The Federal Circuit Court has ordered an ex-employee of International Warehousing Distribution Pty Ltd (“International Warehousing”) to submit his personal Gmail account, iPhone and iPad for inspection by an independent specialist to determine whether he misappropriated confidential business information.  In coming to this decision, the Court accepted that access to these personal electronic devices was essential for determining the viability of the employer’s case and had minimal personal effect on the former employee.

Did he or didn’t he?

Mr Trail’s employment agreement with International Warehousing included a term requiring the return of all confidential information on termination of the employment relationship.  International Warehousing alleged that Mr Trail sent hundreds of thousands of pages of confidential information and “literary works” to his personal email on 13 June 2013, before resigning two weeks later.  When Mr Trail began work with a competitor, he was contacted by International Warehousing and asked to return all confidential information.  On 16 February 2015, International Warehousing’s solicitors contacted Mr Trail seeking his MacBook, iPhone and iPad for examination.

Although Mr Trail originally denied sending emails to his personal email account, he later admitted that he sent information necessary to continue his work while he visited his sick father in New Zealand.  He further argued that he deleted the information contained in the emails on 12 July 2013 and denied holding confidential information or literary works. 

The Court’s Consideration

The Court identified that there were two issues raised in the proceedings thus far:

  1. Did Mr Trail take the information unlawfully? and,
  2. Did Mr Trail make or otherwise deal with any copies?

At this stage, it was not the Court’s duty to determine whether or not Mr Trail was in breach of his legal obligations.  Rather, it had to consider whether there was “a substantial and genuine issue to be tried” that warranted an order to inspect Mr Trail’s personal electronic devices.  On this matter, Justice Burchardt noted:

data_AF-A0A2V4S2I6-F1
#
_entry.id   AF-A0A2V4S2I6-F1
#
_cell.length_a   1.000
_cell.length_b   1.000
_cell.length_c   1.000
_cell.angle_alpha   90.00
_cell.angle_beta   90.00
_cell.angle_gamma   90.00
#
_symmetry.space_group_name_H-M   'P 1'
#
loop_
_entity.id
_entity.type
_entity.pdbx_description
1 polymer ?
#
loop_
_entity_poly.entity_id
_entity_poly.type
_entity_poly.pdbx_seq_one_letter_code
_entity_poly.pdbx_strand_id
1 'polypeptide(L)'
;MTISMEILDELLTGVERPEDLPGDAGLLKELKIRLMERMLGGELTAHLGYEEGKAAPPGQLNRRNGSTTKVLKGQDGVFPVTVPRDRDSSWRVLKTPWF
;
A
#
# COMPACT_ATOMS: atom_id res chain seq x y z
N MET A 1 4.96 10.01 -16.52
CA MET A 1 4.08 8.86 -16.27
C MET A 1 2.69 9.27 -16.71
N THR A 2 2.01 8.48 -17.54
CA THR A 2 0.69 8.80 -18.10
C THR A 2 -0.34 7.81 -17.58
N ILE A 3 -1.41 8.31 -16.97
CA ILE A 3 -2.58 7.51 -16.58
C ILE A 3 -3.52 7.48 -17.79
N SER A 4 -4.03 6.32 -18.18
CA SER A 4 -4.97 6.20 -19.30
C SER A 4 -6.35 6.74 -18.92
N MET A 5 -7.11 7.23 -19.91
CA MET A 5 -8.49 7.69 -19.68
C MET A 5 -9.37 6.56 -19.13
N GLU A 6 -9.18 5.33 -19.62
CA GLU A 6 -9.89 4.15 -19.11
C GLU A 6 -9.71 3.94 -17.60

“The question of whether the respondent retained and/or used information belonging to the applicant [International Warehousing] stands at the heart of this case.  The resolution of that issue at an early stage would clearly assist the outcome.”

The matter was somewhat complicated as Mr Trail had disposed of his old MacBook computer and iPhone without informing International Warehousing.  This is despite the fact, as the Court found likely, that at the time of disposal, International Warehousing’s intention to obtain possession of the MacBook “was perfectly clear to all concerned”.  Although the Court had evidence from an expert that the Gmail account could be reconstructed with the password, Mr Trail’s disposal of this piece of evidence negatively impacted on his credibility.

Thus, the Court ultimately found in favour of International Warehousing on the following grounds:

  • It was impossible to accept Mr Trail’s denial of ever sending the emails;
  • It was open to Mr Trail to say that he did not remember whether he sent the emails, but instead he denied sending them;
  • The scope of the documents was very large;
  • The emails were sent just before Mr Trail resigned; and
  • Mr Trail did not disclose that his MacBook and iPhone had been disposed of when his solicitors contacted International Warehousing in March 2015.

The orders demanding Mr Trail submit his personal electronic devices for inspection were considered appropriate because the devices would likely be returned to Mr Trail on the same day as they were handed in, if not the next afternoon.  Furthermore, International Warehousing was not given the right to search the collected data until they submitted the search criteria to the Court and opposition for approval.

The order for inspection was limited to Mr Trail’s Gmail account, iPhone and iPad on the basis that access to every device that he uses would be too broad. 

Notes for Employers:  What do we learn?  What do we do?

If your employee departs to a competitor leaving a trail of company information from your business to their personal email accounts, you may be able to get access to personal email accounts, telephones and computer equipment. 

Your internet and email policy should state that employees are not to send company information to personal accounts, devices or equipment or if they do, they will deliver to the employer the devices and passwords to access any company information held or transmitted on them.

You can read the case here:


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